To current fans of CBS’ and Golf Channel’s coverage of the PGA Tour, they are the smooth English accent from the analyst’s chair and the slightly off-kilter on-course reports delivered in a thick Irish brogue. But 21 years ago, Sir Nick Faldo and David Feherty were at Kiawah Island’s Ocean Course as members of the European Ryder Cup team – and their perspectives then and now are, well, quite different.
The U.S. Ryder Cup team, having failed to win the Cup for three straight meetings dating to 1985, pulled out a thrilling 14 ½-13 ½ victory to reclaim Samuel Ryder’s golden trophy that week in September 1991. This week, Faldo and Feherty will help call the action in the 94th PGA Championship.
Their memories of the competition are part of a retrospective story in the Charleston Post & Courier, after their interview with veteran golf reporter Tommy Braswell. On Wednesday Braswell passed along some comments by Feherty and Faldo about The Ocean Course, which are recounted below with our thanks.
David Feherty: “The golf course has changed so much. I’m not sure (playing in 1991) gives me an advantage any way in terms of how it will play. In terms of the history of this golf course, how it's grown, the way this area has sprung up, it’s an indication of how a golf resort can have an economic impact on an area. This is one of the finest golf resorts in America, arguably the finest. With The Sanctuary (Kiawah’s five-star hotel, which is hosting most of the 156 players in the field), it's the best hotel we'll stay in all year (on the PGA Tour).
“This is the hardest golf course we’ll see all year, and certainly one of the most beautiful. It brings a whole new cross-section of the public to (the South Carolina) Lowcountry. It’ll get a lot of love (because) it’s so beautiful, so unique, and eco-friendly – it’s actually improved the environment. It’s sort of the gold standard of what (other golf courses want) to be doing.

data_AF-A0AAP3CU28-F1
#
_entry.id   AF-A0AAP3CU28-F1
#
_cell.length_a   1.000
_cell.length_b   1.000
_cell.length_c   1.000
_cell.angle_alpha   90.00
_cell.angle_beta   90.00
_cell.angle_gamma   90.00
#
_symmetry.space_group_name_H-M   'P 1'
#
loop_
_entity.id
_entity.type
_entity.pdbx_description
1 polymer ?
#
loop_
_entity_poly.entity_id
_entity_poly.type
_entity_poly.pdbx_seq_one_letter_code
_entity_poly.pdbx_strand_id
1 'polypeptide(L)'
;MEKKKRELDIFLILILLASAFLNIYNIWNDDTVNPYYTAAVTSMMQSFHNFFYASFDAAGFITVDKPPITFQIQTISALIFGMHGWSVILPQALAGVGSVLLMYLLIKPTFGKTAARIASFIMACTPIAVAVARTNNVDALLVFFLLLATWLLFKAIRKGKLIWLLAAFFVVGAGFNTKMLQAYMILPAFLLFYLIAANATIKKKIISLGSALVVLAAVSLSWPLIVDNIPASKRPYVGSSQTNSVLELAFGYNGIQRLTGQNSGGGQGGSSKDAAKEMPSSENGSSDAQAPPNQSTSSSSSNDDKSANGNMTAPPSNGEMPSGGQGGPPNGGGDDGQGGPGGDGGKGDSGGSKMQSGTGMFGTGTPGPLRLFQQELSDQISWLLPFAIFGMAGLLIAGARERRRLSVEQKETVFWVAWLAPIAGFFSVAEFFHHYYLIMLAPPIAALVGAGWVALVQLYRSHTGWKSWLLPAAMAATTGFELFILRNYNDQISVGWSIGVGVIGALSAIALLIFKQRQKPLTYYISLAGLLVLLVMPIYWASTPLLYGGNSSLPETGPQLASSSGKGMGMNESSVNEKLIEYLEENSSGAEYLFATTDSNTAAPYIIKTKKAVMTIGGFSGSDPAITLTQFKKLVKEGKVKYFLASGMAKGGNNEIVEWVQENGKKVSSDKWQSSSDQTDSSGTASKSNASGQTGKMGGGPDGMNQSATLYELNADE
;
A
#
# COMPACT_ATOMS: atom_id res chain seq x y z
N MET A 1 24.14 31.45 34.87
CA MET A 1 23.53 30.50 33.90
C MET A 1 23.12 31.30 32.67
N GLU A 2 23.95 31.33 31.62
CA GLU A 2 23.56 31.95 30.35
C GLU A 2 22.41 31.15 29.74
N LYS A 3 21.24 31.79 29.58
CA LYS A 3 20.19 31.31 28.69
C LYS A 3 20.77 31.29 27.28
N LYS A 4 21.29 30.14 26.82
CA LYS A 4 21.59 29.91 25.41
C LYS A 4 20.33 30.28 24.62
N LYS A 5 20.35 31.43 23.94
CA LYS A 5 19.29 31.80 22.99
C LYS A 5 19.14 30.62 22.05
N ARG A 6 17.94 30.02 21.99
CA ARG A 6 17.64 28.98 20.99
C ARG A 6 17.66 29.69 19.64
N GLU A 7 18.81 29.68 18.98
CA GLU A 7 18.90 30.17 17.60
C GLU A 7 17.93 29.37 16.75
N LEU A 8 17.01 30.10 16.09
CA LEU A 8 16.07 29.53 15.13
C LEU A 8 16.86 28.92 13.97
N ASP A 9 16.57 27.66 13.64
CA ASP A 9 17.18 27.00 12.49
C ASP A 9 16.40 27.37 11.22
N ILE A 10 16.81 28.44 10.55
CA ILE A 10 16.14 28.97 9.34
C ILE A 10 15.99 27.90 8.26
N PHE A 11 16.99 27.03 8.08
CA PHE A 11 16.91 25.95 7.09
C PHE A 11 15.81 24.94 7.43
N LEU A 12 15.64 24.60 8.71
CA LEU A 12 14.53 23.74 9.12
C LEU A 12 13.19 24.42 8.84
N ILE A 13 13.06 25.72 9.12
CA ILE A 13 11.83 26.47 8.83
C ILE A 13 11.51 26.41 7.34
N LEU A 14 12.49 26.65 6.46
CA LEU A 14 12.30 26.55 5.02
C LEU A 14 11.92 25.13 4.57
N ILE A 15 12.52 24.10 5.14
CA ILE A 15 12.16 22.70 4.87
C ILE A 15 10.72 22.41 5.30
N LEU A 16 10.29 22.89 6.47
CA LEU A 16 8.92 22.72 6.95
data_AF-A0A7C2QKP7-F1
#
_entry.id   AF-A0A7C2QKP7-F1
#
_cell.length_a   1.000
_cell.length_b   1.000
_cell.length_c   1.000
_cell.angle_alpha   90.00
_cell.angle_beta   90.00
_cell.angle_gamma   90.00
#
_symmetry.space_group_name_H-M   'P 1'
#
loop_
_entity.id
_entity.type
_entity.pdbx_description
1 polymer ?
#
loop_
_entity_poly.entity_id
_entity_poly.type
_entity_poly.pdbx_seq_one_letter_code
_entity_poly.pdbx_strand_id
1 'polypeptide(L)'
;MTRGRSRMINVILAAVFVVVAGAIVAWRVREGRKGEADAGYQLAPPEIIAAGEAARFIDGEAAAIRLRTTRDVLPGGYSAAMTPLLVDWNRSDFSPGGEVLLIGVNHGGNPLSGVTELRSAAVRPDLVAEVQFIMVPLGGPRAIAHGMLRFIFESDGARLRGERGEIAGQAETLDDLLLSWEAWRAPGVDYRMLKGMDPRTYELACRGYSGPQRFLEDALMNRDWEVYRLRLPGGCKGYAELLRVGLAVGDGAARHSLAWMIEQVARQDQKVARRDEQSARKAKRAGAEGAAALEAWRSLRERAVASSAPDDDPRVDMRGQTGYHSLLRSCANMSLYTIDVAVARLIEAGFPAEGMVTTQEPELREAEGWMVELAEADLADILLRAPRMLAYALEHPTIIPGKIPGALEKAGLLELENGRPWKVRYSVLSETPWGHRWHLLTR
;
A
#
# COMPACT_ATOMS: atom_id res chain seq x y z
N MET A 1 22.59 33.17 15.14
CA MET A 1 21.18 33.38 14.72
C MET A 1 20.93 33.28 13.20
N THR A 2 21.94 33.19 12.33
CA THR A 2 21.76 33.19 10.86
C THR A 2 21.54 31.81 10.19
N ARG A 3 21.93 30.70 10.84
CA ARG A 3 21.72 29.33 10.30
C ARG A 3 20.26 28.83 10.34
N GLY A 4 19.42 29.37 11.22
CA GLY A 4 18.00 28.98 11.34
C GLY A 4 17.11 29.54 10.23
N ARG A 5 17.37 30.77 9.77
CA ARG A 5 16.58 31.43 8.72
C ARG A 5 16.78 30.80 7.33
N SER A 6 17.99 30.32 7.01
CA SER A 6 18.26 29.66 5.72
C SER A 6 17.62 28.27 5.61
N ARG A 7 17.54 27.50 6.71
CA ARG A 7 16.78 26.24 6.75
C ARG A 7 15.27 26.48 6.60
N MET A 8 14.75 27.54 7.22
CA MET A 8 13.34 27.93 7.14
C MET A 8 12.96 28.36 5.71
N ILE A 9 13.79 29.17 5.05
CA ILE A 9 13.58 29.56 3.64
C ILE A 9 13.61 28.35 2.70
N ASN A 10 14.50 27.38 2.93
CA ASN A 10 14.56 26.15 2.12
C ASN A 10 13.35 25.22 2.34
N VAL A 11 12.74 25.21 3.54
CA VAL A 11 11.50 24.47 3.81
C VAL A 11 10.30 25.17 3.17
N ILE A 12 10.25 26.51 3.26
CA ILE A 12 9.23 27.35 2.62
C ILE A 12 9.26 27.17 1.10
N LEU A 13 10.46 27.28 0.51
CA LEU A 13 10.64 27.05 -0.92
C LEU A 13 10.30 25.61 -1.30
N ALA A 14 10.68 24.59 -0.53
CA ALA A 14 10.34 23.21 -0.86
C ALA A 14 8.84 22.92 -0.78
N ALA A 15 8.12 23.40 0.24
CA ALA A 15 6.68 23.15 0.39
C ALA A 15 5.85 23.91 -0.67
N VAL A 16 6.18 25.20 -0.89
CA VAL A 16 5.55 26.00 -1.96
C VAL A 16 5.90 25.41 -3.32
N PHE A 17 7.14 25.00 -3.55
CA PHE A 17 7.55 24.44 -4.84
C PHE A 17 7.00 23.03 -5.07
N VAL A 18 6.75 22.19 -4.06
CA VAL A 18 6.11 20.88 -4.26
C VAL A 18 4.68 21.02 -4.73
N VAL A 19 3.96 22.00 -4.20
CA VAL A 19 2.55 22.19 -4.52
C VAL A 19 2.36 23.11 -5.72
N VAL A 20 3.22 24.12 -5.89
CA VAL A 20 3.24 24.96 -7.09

“(It’s) a great test in many ways. It's a unique test. Again, my criteria of what makes a golf course great is a little different from most people. … It’s a beautiful place, surrounded by wildlife, kind of a unique landscape that you only find in the Lowcountry. If it's not a beautiful walk, then it's not a great golf course.”
Nick Faldo: “Kiawah (Island) and the golf course will get a lot of coverage. (We’re) talking about sunny, breezy, firm conditions. Now, a wet golf course, that's going to change things. I’ve only been back here for a corporate day, two years ago, and even then I didn't play whole golf course. So I haven't seen it since they softened it.
“I'm really pulling for the event. I want this to be a great event, a great championship. I want it to be a great event for television. If the golf course plays the way we would like it to play, it will be a great challenge and entertaining.
“Who will the weather favor? It’s two prevailing winds, and both of them are really hard. It's relentless, a sea breeze … Guys who hit a natural low draw have got have an advantage over the natural fader. You need to really understand bailouts on these greens, the places (where) if they get firm, the ball's going to roll off, so you better hit the right shot so they will roll off in the right place. You don't want roll off on the side where you can't get up and down. You’ve got to know where to miss it, and that’s tough for a lot of players. Some places, you’re better to aim short of the green, go back and make a par. Things like that. It requires a lot of strategy.”